How Knowing a Foreign Language Can Help Your Career

Here are five reasons why knowing a foreign language can help your postgrad career. If you don't know a second language already, now is a great time to learn.

After a dismal few years, college grads are finally starting to see more job openings available across the country. To a bright and eager college graduate with thousands of dollars of student loan debt, a lackluster salary is less enticing. So how do show that you’re worthy of an awesome career and an awesome salary to go with it? This is when having a foreign language on your résumé can come in handy. Why? It’s a unique experience that makes you stand out. In fact, it might even indicate that you’re more prepared for a job. If you can show you have special skills or are fluent in a second (or third) language, you’re immediately more valuable than other applicants. If you don’t know a second language already, now is a great time to learn, whether by taking classes through your college or learning on your own. Here are five reasons why knowing a foreign language can help your post-college career.  

You could earn higher wages

You’re not guaranteed to earn higher wages by being bilingual; a lot of that depends on the career path you choose. However, according to The Economist, college graduates who speak a second language can expect to earn up to $128,000 more in their lifetimes than their peers who speak only one language. Depending on the rarity and demand of the language you speak, that figure may rise or fall. This is because speaking a second language allows you to work with a wider range of people. You bridge the langage gap, effectively bringing in more business for whatever company hires you. 

Related: 4 Smart Tips for Women to Negotiate Salary

You’ll demonstrate initiative

Understanding a second language is one thing—being able to give presentations and send emails in it is another. If you can speak, write, and read a foreign language fluently, it shows initiative. This is particularly true if you elected to study the language, whether in college/high school or on your own time. But it also applies to individuals who grew up in a bilingual household. Sean Hopwood, President of Day Translations, is a language lover and polyglot. He only hires people who are bilingual or multilingual to work in his firm, no matter what the role. “Learning a language, especially when you haven’t grown up in a bilingual house or live in a culture dominated by English, shows tremendous initiative. I just know that employee is going to go one step above the other applicants.”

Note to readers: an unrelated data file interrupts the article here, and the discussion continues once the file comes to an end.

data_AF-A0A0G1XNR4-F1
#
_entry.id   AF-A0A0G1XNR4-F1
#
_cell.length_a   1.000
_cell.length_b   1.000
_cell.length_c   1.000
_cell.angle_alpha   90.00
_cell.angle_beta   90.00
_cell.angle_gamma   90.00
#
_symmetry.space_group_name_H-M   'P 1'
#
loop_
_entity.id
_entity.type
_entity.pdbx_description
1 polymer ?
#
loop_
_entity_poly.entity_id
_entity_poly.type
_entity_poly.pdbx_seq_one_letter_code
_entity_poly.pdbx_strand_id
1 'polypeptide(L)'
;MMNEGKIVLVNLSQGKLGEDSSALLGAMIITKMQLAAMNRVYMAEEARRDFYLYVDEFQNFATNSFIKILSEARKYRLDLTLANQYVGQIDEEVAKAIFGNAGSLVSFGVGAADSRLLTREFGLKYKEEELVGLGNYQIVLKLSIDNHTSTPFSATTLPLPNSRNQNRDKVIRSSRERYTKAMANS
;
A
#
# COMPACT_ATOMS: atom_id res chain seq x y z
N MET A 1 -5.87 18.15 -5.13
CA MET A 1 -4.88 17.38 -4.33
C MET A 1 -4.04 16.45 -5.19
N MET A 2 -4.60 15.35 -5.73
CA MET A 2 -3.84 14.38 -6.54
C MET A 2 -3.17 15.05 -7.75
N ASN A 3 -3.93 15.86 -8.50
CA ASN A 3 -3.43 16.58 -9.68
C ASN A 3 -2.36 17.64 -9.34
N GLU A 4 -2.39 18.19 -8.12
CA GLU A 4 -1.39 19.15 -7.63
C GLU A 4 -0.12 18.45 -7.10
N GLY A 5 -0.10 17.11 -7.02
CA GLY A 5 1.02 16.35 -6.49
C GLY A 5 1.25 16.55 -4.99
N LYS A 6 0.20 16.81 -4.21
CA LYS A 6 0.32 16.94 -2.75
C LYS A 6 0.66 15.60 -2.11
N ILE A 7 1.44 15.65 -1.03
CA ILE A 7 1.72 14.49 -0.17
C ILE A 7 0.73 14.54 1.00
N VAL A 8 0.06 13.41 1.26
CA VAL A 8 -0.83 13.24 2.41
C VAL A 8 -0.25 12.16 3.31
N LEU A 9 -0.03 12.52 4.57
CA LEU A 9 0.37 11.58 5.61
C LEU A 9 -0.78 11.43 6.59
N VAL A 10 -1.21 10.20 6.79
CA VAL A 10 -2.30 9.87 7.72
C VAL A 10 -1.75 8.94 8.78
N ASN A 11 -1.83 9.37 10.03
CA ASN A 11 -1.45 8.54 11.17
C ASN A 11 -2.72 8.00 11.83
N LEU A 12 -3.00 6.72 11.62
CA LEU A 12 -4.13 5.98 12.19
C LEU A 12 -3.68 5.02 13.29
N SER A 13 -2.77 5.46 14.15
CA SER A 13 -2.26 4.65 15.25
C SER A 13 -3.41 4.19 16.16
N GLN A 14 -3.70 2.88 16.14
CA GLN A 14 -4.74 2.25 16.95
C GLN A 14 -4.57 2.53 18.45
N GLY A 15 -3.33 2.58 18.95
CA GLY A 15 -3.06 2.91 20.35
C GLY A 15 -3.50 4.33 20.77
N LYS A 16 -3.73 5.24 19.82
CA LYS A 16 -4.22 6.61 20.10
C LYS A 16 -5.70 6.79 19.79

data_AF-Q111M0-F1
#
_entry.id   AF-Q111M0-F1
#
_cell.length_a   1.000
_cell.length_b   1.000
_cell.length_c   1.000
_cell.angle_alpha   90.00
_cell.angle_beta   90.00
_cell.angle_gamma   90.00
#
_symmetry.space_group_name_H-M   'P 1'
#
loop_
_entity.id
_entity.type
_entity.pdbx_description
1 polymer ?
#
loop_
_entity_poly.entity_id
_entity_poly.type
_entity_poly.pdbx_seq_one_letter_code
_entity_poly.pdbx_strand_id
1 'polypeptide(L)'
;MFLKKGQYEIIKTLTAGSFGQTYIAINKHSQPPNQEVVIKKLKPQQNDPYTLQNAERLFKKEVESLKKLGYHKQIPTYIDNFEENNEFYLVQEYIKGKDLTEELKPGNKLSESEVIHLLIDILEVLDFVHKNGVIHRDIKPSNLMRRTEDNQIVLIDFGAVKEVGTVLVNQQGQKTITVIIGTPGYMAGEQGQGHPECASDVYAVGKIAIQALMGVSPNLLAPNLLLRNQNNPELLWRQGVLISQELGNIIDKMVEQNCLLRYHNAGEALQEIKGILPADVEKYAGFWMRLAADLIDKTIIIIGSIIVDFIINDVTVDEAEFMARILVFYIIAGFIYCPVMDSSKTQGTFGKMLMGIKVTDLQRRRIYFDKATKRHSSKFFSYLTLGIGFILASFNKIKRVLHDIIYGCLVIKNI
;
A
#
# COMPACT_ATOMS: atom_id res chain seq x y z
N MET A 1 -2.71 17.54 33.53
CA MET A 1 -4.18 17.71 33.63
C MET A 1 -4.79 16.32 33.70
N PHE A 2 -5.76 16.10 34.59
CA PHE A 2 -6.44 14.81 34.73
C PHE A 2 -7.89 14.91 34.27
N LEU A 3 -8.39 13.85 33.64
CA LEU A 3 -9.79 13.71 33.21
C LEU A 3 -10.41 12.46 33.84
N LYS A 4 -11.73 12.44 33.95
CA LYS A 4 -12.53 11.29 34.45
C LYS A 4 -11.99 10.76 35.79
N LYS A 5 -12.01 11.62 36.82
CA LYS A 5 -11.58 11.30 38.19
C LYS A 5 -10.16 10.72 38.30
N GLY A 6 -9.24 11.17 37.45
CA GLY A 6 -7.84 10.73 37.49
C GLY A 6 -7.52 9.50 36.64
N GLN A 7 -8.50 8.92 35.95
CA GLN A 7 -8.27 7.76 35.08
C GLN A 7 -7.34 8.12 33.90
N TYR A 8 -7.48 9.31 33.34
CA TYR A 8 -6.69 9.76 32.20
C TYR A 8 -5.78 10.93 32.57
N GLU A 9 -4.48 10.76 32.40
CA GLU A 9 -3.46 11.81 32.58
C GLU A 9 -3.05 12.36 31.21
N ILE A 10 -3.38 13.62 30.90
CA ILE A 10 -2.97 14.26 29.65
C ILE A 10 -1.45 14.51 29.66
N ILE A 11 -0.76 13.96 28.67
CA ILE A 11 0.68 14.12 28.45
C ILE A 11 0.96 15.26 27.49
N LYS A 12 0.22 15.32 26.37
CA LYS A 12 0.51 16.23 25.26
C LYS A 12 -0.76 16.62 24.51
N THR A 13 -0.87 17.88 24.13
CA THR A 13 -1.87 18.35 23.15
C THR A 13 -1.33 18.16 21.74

You’ll have more career opportunities

Speaking two or three languages may not give students two or three times the opportunities in their careers, but it certainly increases their options! Some jobs are completely language orientated, like translation and interpretation. But even among those that are not, knowing a foreign language can improve your chances of being hired by multinational organizations and in different countries. So, if you’re a computer programmer and you’re fluent in German, you could be transferred to your tech company’s overseas office in Berlin. If you want to get into law or diplomacy, knowing Latin and French will boost your chances, because of the ubiquitous nature of those languages. Even if you want to stay in the United States, knowing Spanish will be incredibly helpful, with the Hispanic population set to triple in size over the coming years.

Related: Learning a Foreign Language: Top Tips for Students

You’ll be more capable

Employers are always seeking workers who can think faster and make difficult decisions. Emotional intelligence can help you make the right judgment calls, which is why it’s a critical skill that many companies and hiring managers look for. And guess what? Learning a language can help you develop it! It’s also been well documented that being bilingual is a sign of intelligence and is even good for your mental health. So, if you speak another language, your job application just went to the top of the pile.

You’ll have a unique icebreaker

We’ve all been there. That awkward moment when you walk into the job interview, sweaty palms and dry throat. But imagine your interviewer scanning your résumé and then suddenly saying, “Oh, I see you speak French! I spent a semester studying abroad in Paris in college. The Champs-Élysées was my favorite!” Of course, the level of enthusiasm will vary with your interviewer. But even if you’re not talking to someone with a penchant for overseas travel, knowing a foreign language is a unique skill that can lead to unique conversations during job interviews as a recent grad and throughout your career.

Related: Your First Job Interview: Before, During, and After

So, college students, consider trading that hour of Netflix for an hour spent learning a second language—maybe even third or fourth language. Apart from the fact that it’s just awesome to be able to speak in another tongue, adding a language to your résumé will give you an edge in your career. And when you’re just starting out, you need all the advantages you can get.

If you want a great program to study a language, check out this list of schools Where Foreign Language PhDs Received Their Undergraduate Degrees.

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Tags:
career search careers foreign language job search languages transferable skills

About Tina Mulqueen

Tina Mulqueen is a public relations, social media, and influencer marketing brand strategist. She is the founder of Kindred PR, a contributor to Elite Daily, and the Producer & Co-Host of The Unicorn in the Room. She is interested in entrepreneurship, the future of digital marketing, and the crossroads of technology, media, and entertainment.

 

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